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Outrage over Coldplay reflects denial of our truths

This piece by me was first published in the IIJNM publication The Observer, on Feb 2, 2016. The Observer is the work of print journalism students at IIJNM. Follow us here.

Saffron-clad sadhus, glamorous dusky beauties, colourful temples and larger-than-life Bollywood movie posters: Coldplay’s “Hymn for the Weekend” has all that India is perceived to be. A good number of Indians, mainly via Twitter, seem annoyed by the video and feel this is cultural appropriation; that the portrayal comes at the cost of what “real India” is. They feel our diverse culture has been stereotyped and narrowed down to a few traditional markers.

But what is the real India? For a clueless Twitter user angry at all things on earth, real India could mean a highly liberal democracy which raises software and tech wizards with no space for disparity. Or, probably, a country which either lacks a culture or has a culture based inside Twitter, not tradition, inside Facebook, not festivals, and in rich cosmopolitan colonies and not villages, temples, holy babas and elegant dance forms.

The outrage, unfortunately, reflects either a state of denial or discomfort about the embedded truths of India or a total lack of awareness. The hypocrisy lies in the fact that while discussing these “Indianisms”, pride is the dominating feeling among ourselves, but it turns to anger when a white person on “poverty tourism” points out the same things.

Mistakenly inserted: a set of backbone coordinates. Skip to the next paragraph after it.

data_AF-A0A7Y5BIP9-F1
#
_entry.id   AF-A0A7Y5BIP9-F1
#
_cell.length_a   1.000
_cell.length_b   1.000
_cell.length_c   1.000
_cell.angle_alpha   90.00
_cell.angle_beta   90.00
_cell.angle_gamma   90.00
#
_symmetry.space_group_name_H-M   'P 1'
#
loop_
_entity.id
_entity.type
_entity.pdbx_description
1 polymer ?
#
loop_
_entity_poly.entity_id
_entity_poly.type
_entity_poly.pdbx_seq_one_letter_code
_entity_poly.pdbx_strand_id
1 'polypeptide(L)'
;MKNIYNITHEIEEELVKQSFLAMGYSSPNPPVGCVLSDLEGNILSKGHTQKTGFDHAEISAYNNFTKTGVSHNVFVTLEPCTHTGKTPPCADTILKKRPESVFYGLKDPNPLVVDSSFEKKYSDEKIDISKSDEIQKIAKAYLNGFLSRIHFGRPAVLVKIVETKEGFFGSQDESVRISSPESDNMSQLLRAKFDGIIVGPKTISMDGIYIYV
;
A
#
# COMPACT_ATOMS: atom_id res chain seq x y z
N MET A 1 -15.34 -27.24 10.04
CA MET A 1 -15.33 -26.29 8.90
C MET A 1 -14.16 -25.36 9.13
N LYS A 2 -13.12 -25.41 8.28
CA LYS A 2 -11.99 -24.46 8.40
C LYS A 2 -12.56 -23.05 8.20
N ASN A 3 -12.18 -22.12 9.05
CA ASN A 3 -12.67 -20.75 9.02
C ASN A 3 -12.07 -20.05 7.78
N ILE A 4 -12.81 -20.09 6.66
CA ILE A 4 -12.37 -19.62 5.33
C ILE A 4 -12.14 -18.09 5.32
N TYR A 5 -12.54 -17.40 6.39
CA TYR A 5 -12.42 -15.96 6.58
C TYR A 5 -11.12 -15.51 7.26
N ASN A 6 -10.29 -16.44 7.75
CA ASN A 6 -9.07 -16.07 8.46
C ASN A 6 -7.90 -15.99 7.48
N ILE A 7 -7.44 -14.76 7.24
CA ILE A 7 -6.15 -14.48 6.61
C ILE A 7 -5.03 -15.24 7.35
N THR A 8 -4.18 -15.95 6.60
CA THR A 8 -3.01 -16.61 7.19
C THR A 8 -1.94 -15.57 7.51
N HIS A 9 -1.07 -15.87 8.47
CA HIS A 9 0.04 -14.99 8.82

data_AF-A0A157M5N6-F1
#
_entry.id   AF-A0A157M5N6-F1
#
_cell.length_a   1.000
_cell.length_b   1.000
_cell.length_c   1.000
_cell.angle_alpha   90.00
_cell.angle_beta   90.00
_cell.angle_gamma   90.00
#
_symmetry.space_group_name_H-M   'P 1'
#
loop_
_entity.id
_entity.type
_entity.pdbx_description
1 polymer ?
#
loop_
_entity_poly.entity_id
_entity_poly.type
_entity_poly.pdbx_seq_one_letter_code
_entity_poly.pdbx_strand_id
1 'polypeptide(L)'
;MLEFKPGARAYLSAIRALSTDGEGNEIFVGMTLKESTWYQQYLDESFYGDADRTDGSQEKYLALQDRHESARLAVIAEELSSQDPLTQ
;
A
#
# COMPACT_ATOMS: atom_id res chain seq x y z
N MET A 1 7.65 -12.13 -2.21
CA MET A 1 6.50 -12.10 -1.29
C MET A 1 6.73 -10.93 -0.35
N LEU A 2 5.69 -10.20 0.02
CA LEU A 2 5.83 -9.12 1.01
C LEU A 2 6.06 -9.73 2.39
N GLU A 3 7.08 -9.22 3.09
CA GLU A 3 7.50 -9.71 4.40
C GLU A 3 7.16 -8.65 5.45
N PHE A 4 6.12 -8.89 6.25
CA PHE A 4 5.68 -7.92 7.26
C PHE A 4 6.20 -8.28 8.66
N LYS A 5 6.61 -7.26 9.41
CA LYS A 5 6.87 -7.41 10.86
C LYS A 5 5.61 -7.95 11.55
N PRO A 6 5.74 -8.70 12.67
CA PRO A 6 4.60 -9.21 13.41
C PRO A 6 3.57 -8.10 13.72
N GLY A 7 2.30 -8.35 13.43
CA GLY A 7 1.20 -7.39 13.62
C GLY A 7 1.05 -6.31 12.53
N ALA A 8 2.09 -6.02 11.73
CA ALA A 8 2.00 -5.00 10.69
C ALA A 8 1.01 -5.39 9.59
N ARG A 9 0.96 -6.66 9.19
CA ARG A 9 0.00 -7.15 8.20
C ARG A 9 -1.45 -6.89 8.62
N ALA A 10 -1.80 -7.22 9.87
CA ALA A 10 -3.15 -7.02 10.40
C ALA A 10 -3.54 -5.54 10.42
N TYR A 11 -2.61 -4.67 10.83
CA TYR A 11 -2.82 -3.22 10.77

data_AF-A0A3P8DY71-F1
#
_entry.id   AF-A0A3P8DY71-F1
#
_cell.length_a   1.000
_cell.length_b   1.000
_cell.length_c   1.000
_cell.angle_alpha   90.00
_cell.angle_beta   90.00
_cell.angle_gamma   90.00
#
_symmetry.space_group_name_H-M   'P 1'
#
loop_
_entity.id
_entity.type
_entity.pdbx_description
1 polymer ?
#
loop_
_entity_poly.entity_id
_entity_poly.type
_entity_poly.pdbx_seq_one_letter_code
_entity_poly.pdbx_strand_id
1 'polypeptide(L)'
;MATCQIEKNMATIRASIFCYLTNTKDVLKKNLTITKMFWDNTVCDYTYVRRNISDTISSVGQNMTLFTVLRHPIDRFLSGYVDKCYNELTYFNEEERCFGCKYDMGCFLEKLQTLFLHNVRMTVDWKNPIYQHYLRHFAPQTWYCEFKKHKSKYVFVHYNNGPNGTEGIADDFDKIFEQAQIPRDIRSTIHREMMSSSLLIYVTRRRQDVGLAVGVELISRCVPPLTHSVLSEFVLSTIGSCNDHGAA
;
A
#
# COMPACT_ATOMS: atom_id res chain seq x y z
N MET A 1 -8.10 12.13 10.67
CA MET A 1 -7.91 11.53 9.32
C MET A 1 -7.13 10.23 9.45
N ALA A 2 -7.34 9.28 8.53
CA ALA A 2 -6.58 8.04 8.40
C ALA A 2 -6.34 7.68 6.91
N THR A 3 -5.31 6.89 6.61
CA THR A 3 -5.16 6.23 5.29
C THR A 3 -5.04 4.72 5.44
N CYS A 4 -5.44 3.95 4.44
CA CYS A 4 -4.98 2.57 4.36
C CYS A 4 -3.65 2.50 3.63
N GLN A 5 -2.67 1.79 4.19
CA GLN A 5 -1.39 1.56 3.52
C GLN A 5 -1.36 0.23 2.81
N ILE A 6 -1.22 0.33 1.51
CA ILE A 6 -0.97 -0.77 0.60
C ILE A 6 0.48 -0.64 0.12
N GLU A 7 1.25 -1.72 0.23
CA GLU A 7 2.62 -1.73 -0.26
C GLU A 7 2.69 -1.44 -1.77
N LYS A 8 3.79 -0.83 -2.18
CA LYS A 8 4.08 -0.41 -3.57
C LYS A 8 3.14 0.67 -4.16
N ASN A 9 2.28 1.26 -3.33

It’s true that any cultural identity has much more to offer than half a dozen clichéd attributes. But we cannot help it; each culture has its own idiosyncrasies, which are historically best captured in works of art, whether it be Spain’s bull-fighting or Africa’s tribes. And when art does so, it depicts, not mocks; it shows what the consumers love, it does not claim in any way that art is academia – the total picture.

We earn nearly $20 billion in foreign exchange from our tourism industry annually. Our distinct cultural aspects pull tourists in and we are proud of it. We leverage the very same clichéd cultural markers to earn 3 per cent of our GDP: the same clichés that we do not want Chris Martin to leverage.

Young and urban India is changing fast, and it is fair for us to want the world to know this and depict that in art, music and cinema. But it takes time for the world to shift mindsets formed long before Jules Verne talked of elephants, princes and processions in Around The World In Eighty Days.

Stereotypes have existed as long as diverse human settlements have. If Indians command a certain stereotype, we cannot really help it, except by breaking it. And a stereotype about a culture can be broken only when the whole country works towards it.

We inspire certain stereotypes because we have reflected that in the past, and it is essential to accept that uniformly and take it in good humour, not only when it suits us.

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